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Northern Star

The Student News Site of Northern Illinois University

Northern Star



New Greek Life Center approved for Annie Glidden neighborhood

In Fall 2021 Greek and non-affiliated NIU students tailgate outside the Huskie Stadium for a football game. NIU has seen Greek involvement decline sharply since its peak in the 1990s, with less than 700 Greek members reported in the 2020-2021 academic year. (Northern Star File Photo)

DeKALB NIU has finally entered the approval stages of building its first Greek Life Center in the Annie Glidden neighborhood near Greek Row.

The city approved a redevelopment agreement at the July 10 DeKalb City Council meeting which was the first steps to claim the 4.87-acre property and begin building the proposed center.

NIU has been a contender for the space since the city opened up proposals in January for the vacant lot between the intersection of W. Hillcrest Drive and Blackhawk known as the “L”.

The university was approved with the unanimous 7-0 vote from the council, with the absence of 3rd ward alderman Tracy Smith, after discussion and hearing of public comment.

Matt Streb, chief strategy officer and liaison for the Board of Trustees, was eager to announce NIU’s plans for the multi-year $500 million campaign that would fund the projected $5 million to $7 million center.

“It will be the largest privately funded project that we have had in our 128-year history only behind Barsema Hall,” Streb said. “So much so that we are getting ready to launch a $500 million campaign, and we have chosen to make the Greek Life Center a central part of that campaign.”

With the recency of the project, no timeline has been determined for the building’s creation, though Clint-Michael Reneau, vice president for student affairs, said the university’s next steps will include buying the space including an initial payment of $200,000 to submit an expression of interest for the property.

“We will be working with our (NIU) foundation to purchase the land, and then begins the real work of raising the funds, raising the concept, plopping the concept, building, identifying donors and then constructing the building,” Reneau said.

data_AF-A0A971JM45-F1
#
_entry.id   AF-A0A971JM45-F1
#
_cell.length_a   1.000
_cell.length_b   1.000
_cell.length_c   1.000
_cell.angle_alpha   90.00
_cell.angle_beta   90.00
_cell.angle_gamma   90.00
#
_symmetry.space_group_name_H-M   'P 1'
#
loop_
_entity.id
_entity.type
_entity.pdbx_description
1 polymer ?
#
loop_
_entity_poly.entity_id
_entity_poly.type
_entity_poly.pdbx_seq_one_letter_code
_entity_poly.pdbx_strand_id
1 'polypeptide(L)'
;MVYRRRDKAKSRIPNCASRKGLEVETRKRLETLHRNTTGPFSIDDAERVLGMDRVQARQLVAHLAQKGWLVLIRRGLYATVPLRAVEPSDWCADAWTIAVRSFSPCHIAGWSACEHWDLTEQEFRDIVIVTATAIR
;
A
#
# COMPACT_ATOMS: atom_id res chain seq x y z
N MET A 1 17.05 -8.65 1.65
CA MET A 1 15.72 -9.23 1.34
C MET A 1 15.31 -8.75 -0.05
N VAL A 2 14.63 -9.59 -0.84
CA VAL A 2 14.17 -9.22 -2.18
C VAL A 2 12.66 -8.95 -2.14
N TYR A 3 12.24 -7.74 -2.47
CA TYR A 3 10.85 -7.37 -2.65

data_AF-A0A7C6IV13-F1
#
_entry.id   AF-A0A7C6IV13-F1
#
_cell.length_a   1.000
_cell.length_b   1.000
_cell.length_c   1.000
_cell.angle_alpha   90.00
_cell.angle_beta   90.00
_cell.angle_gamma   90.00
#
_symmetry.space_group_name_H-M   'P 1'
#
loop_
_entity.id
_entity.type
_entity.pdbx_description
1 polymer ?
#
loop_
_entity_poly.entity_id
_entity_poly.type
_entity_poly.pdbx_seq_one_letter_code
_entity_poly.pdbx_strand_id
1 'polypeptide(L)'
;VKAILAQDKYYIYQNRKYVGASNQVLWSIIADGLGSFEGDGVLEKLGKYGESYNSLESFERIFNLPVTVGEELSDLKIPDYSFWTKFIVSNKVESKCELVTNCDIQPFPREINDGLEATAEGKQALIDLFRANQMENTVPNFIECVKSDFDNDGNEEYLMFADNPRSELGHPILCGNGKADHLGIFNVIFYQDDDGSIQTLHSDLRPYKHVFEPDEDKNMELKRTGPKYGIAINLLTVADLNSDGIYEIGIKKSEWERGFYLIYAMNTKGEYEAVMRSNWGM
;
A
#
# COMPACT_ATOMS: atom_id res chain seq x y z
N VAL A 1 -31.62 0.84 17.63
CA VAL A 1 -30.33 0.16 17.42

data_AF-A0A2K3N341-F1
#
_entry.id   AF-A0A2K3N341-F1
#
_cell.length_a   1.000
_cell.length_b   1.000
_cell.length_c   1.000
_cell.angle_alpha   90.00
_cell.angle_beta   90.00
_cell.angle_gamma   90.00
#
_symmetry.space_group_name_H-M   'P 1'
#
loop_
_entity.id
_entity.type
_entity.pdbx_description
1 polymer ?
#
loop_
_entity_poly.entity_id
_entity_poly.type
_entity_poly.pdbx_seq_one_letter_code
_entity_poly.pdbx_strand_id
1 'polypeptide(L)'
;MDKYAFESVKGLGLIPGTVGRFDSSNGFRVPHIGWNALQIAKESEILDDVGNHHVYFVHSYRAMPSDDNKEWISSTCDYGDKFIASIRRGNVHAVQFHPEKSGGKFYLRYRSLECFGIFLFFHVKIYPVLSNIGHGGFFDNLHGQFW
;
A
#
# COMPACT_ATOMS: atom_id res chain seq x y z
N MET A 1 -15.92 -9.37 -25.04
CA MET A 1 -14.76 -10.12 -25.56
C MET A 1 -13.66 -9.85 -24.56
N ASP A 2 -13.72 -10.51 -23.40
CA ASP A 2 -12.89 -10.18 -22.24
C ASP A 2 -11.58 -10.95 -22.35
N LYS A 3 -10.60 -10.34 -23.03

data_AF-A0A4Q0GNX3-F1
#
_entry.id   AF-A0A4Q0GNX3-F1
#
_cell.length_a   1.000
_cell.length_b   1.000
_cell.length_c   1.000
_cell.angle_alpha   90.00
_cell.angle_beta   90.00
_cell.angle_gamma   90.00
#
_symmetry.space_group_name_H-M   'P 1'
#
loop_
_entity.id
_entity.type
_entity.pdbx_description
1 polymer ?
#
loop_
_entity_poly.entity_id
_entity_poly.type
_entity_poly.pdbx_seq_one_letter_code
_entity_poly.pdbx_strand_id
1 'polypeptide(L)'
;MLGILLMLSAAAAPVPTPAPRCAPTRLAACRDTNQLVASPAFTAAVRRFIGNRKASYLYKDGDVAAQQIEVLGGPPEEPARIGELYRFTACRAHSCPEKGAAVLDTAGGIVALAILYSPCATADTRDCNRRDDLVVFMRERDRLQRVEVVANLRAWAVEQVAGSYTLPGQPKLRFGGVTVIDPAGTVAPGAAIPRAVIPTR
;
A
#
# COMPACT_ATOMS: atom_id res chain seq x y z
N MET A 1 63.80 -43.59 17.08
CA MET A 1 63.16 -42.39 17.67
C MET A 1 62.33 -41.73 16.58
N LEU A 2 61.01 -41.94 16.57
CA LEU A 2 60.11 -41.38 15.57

Streb said in an email that more about the $500 million campaign will be announced once the NIU Foundation establishes the campaign’s priorities which Streb says will likely be announced in the Fall.


With the center’s aim to “serve as the focus of student life and activity for Greek students,” the center was designed with social and academic concentration centered around a need for meeting spaces and to bolster connections amongst students.

In asking for proposals, the city required a range of commercial and recreational uses that aligned with the collected needs of local residents from the Annie Glidden neighborhood.

These included amenities such as a working kitchen, expandable conference rooms with the intended usage by Greek representatives or not-for-profit organizations and a monitored recreational space for neighborhood children and various others. 

The center would combat the lack of a central meeting place for Greek students with several meeting spaces that would be able to hold 12 to 15-person conferences. 

Study zones and a specified tutoring/counseling space would be allotted for studying and Greek members to help tutor local students, said Reneau.

“We’re really hoping that this will be an opportunity for philanthropy efforts within the community,” Reneau said. “So, when this is built, maybe we have tutoring sessions for students and in schools nearby where students can tutor, or maybe we’re doing Halloween events for the neighborhood or we’re doing different types of food drives.”

When the center is completed, the Office of Fraternity and Sorority Life will move to the center, allowing Greek students to better access the fraternity and sorority staff.

More specifically, each of the four Greek councils, the Interfraternity Council, The Multicultural Greek Council, the National Pan-Hellenic Council and the Panhellenic Council will have their own office and conference spaces. None of the councils have had a designated meeting space before.

Besides the academic space, the building will be a central spot for Greek events with a combined over 7,000 square foot indoor event space and outdoor private courtyard.

“Programming has skyrocketed within the HSC (Holmes Student Center). I think school hasn’t even started yet and we’ve already gotten 93 event requests for like the first month,” Reneau said. “And so at a certain point, you will be likely to see Greek-emphasis programming coming out of this building.”

Reneau expects NIU will change their Huskie bus routes to accommodate the immense volume of people for the Annie Glidden neighborhood with the center expected to be another local social and study lounge location at NIU.

Even with the overwhelmingly “Greek” focus, the center will be open to all NIU students and staff and the DeKalb community.

“It would be just like any of our centers on campus – open to students,” Reneau said.

Almost 800 fraternity and sorority events were hosted in 2022, so the event space would create a centralized area for celebrations and community events throughout the Greek community.


In the meantime, Reneau will be creating a project implementation team consisting of NIU staff and students to provide feedback throughout the project’s construction to stay focused on the mission of the center.

“There’ll be folks from administration and finance for the construction pieces, there’ll be folks from the NIU foundation, there’ll be folks from student affairs, there’ll be folks from the president’s office, there’ll be different folks from different areas,” Reneau said.

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